Tuesday, July 11, 2006

Pask's Ear

Jon Bird at Sussex and co-organiser of Blip, a Brighton based forum for creative art, science and technology has been working with Andy Webster at Falmouth, on a project entitled Tuning Pask's Ear, inspired by an experiment conducted by Gordon Pask in the late 1950's training growing metal dentrites to recognise sounds. The original experiment is documented by Peter Cariani "To evolve an ear:epistemological implications of Gordon Pask's electrochemical devices"

Below are images and short statements of their current ongoing experiments with electrochemical deposition.

Jon Bird
Jon is interested in systems that exhibit evolutionary and learned behaviour. He is working on a micro scale, re-appropriating devices used in bio-technology to grow metal filaments. The devices and associated control equipment enable the programming of many inputs and outputs, once a few teething problems with their unusual use have been ironed out.

Electrodes which are about 200 microns apart in copper sulphate solution. After 5 minutes growth can be seen along all of track rather than just at the electrode (due to erroneous disolving of bio varnish)

Andy Webster
Andy works at the other end of the scale, on a macro level, relating to sculptural and conceptual art:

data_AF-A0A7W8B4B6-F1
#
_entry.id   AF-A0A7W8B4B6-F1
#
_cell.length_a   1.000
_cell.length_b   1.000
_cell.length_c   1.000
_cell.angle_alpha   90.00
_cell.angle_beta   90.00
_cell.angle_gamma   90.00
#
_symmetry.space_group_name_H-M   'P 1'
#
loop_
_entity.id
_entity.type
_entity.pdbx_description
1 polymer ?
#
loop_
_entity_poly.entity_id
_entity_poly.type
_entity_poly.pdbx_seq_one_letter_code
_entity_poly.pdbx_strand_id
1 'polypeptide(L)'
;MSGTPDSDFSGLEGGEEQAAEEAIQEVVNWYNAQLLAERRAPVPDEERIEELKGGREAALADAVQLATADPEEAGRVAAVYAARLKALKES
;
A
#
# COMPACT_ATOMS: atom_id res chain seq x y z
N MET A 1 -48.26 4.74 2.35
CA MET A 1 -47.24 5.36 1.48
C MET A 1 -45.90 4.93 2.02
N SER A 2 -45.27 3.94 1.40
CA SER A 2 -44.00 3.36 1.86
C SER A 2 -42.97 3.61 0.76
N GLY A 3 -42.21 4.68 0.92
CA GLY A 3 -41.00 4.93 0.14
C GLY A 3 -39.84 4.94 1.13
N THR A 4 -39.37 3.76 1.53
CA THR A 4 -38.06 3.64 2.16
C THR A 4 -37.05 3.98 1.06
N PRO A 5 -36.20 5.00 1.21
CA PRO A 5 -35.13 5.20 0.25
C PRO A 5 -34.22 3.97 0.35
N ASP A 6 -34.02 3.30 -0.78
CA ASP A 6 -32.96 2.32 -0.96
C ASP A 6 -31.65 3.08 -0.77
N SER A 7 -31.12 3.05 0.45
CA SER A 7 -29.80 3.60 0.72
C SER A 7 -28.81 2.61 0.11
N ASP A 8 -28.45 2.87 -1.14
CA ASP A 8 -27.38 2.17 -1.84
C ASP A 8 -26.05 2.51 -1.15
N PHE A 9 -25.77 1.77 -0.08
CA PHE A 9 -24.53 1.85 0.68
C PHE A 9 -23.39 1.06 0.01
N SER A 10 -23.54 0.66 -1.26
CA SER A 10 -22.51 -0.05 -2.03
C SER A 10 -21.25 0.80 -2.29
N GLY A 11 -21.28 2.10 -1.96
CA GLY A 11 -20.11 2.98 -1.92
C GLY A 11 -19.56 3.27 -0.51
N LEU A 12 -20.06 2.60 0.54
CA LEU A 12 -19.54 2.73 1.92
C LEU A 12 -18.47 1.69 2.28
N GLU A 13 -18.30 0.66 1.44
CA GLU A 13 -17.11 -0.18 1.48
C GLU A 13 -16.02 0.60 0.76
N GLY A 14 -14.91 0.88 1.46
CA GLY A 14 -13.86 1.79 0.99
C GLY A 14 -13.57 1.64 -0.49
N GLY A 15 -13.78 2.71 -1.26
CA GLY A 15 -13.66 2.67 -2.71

"I have been making work that re-reads Richard Serra's early experimental work generated by a verb-list, and blend this with thinking found in Manuel Delanda's writing about intensive properties.

Whereas Serra performed a series of specified actions on unspecified materials prompted by: to fold, to roll, to disperse, to stack etc., I have been trying to tap into the inherent capacity of matter and energies to self-organise, to find their own structure etc. and use this as a means to explore Serra's verb-list.

This is where the electrochemistry comes in as it can be seen to autonmously stack
metallic particles, thus producing a series of stacking / clustering pieces.

I have been using solar energy and specified durations to frame/structure the work. My interest lies in how thread structures have the potential to work as real-time artworks, directly
linked and responsive to their environment, with the resulting form, shaped by the history of those environmental interactions, rather than the artists actions, as in Serra's case."

Solar Clusterings (1)

Solar Clusterings (2)

Stacking Hedge